Published on May 13th, 2014 | by Personal Rights0
Three of the Most Shocking Gun Laws You’ll Have to Read to Believe
You don’t have to do a ton of legislative history research on gun control to know that the country’s federal statutes and regulations are being pretty closely scrutinized by lawmakers, even if the debate has managed to stay out of the legislative news for a few months now.
However, you might not know that there are some particularly interesting legal statutes on the books regarding gun control, many of which may come as a big shock to you. For example, did you know that there’s a legal statute in Missouri that allows an intoxicated person to use a firearm so long as they’re “acting in self-defense?”
If you thought that was shocking, here are a few of the most surprising legal statutes about guns.
Who Needs to Be 18?
Despite popular belief, you don’t have to be 18 to buy a gun anywhere in the United States. Despite federal legal statutes forbidding the sale of shotguns to persons under 18 and handguns to people under 21, some states have legal statutes putting the minimum age limit lower. For example, the Law Center to Prevent Gun Violence reports Montana’s minimum legal age is just 14.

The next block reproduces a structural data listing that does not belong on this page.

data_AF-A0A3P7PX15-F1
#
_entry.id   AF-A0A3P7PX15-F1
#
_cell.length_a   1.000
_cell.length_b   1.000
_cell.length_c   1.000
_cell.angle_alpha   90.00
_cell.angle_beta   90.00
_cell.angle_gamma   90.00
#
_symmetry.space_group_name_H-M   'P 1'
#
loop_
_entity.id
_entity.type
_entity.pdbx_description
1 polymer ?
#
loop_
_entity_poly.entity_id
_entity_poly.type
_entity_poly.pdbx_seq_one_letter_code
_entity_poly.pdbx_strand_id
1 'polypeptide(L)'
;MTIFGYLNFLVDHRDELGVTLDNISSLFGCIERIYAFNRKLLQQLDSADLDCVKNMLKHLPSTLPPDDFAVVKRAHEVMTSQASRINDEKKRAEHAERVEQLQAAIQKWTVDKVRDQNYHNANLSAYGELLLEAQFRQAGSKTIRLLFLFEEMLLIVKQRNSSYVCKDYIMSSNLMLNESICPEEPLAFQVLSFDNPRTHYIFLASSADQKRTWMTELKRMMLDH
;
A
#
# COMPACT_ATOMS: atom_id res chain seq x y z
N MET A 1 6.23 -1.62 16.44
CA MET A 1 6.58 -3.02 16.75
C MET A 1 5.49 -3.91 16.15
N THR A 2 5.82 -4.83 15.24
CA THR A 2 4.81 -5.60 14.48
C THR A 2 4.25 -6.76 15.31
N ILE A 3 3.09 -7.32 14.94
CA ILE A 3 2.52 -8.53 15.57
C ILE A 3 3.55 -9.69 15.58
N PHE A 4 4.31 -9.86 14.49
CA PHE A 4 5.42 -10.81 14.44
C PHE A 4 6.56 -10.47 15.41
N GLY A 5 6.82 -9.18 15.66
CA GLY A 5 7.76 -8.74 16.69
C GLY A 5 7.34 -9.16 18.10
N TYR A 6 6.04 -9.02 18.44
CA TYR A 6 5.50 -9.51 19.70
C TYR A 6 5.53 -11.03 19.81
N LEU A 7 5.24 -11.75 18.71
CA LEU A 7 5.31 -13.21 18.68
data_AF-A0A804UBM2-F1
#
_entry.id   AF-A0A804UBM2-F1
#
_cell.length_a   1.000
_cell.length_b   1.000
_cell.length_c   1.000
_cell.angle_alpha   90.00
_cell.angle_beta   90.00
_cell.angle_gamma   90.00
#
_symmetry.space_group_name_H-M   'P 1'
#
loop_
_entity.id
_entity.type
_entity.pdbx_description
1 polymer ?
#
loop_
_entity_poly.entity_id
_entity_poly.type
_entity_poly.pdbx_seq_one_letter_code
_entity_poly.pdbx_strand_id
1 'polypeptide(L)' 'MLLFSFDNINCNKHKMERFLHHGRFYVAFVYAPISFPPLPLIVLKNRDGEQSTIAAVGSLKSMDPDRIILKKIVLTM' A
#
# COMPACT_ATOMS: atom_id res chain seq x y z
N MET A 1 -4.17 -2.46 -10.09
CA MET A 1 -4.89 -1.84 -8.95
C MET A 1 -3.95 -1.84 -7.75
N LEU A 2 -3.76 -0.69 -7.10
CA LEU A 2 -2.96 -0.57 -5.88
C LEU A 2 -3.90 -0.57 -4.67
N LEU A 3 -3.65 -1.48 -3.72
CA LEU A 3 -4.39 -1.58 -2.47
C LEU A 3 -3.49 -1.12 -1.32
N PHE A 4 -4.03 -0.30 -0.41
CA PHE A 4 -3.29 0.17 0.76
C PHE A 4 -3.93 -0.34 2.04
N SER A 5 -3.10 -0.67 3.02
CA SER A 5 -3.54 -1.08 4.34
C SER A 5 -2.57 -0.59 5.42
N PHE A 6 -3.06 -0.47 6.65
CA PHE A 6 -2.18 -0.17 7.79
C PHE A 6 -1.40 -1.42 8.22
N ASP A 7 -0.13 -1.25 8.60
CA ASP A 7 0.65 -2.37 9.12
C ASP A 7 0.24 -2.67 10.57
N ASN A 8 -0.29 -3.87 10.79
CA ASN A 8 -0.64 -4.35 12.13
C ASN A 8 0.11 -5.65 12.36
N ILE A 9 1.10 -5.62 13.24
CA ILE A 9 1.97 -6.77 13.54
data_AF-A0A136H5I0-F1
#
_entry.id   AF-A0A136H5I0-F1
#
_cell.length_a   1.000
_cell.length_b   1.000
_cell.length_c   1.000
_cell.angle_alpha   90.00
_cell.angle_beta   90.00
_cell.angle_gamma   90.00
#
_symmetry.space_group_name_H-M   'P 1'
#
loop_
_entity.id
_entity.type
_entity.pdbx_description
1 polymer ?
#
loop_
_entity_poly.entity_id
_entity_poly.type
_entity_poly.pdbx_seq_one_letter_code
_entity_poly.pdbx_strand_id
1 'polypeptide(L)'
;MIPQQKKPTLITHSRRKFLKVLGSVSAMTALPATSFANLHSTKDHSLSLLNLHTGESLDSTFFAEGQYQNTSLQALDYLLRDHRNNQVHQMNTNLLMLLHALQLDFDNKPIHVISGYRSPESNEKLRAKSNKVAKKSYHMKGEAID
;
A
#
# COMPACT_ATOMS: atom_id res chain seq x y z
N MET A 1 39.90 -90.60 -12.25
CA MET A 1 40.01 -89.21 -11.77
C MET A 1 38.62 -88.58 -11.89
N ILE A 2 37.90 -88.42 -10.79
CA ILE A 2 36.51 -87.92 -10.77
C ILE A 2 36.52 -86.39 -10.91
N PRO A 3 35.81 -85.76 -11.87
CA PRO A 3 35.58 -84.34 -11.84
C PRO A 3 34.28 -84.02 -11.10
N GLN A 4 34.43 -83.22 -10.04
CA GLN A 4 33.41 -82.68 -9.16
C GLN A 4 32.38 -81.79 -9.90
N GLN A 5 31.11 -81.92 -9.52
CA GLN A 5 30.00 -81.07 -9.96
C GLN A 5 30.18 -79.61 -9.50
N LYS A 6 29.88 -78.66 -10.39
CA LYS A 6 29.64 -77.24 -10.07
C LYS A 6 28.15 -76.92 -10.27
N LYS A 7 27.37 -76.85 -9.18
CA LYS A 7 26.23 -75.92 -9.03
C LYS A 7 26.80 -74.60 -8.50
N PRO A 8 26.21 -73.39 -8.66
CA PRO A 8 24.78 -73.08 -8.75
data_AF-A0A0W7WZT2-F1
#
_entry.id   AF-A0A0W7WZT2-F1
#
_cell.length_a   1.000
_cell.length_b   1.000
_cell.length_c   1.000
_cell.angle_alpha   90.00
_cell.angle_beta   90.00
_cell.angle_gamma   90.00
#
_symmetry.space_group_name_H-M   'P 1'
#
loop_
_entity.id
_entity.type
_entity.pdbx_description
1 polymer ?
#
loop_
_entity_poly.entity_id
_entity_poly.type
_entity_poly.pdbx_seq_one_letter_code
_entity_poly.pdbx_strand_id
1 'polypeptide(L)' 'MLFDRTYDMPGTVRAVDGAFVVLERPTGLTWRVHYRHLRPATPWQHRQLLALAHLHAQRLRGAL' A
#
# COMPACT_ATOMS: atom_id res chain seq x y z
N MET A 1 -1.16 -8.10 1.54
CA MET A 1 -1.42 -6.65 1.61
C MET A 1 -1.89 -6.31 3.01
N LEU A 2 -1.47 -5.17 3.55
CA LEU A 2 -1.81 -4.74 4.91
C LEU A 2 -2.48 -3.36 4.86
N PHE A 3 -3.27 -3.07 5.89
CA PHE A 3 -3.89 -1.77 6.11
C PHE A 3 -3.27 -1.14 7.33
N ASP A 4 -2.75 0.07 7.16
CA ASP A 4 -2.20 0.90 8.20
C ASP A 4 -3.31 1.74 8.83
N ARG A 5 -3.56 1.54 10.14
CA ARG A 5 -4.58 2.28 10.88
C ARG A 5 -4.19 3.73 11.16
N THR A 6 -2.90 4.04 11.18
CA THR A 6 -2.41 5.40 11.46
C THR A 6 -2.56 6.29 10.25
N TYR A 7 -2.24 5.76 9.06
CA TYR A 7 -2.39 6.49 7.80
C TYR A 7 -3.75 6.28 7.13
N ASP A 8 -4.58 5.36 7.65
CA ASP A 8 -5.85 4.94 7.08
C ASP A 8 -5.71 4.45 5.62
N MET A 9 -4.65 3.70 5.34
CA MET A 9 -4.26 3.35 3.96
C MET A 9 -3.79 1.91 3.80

Don’t Worry. You Can Still Pack Heat in a Gun Free Zone.
There are states in this country that allow citizens to bring their firearms into “gun-free zones,” like schools, churches, and even daycare centers if they want. States like Michigan and Mississippi all have legal statutes expanding their list of places where guns are allowed.
Why Do They Need to Know About Your Gun?
Believe it or not, some states actually want to introduce legal statutes that make it a crime for an employer or a doctor to ask about citizens’ guns. Florida was the first state to have such a law, which was eventually struck from the book, but other states like North Carolina and Alabama have since followed in its footsteps.
Though the gun control debate is often reignited in the wake of a tragedy, it’s laws like these that often become the subject of the argument. More like this: www.legintent.com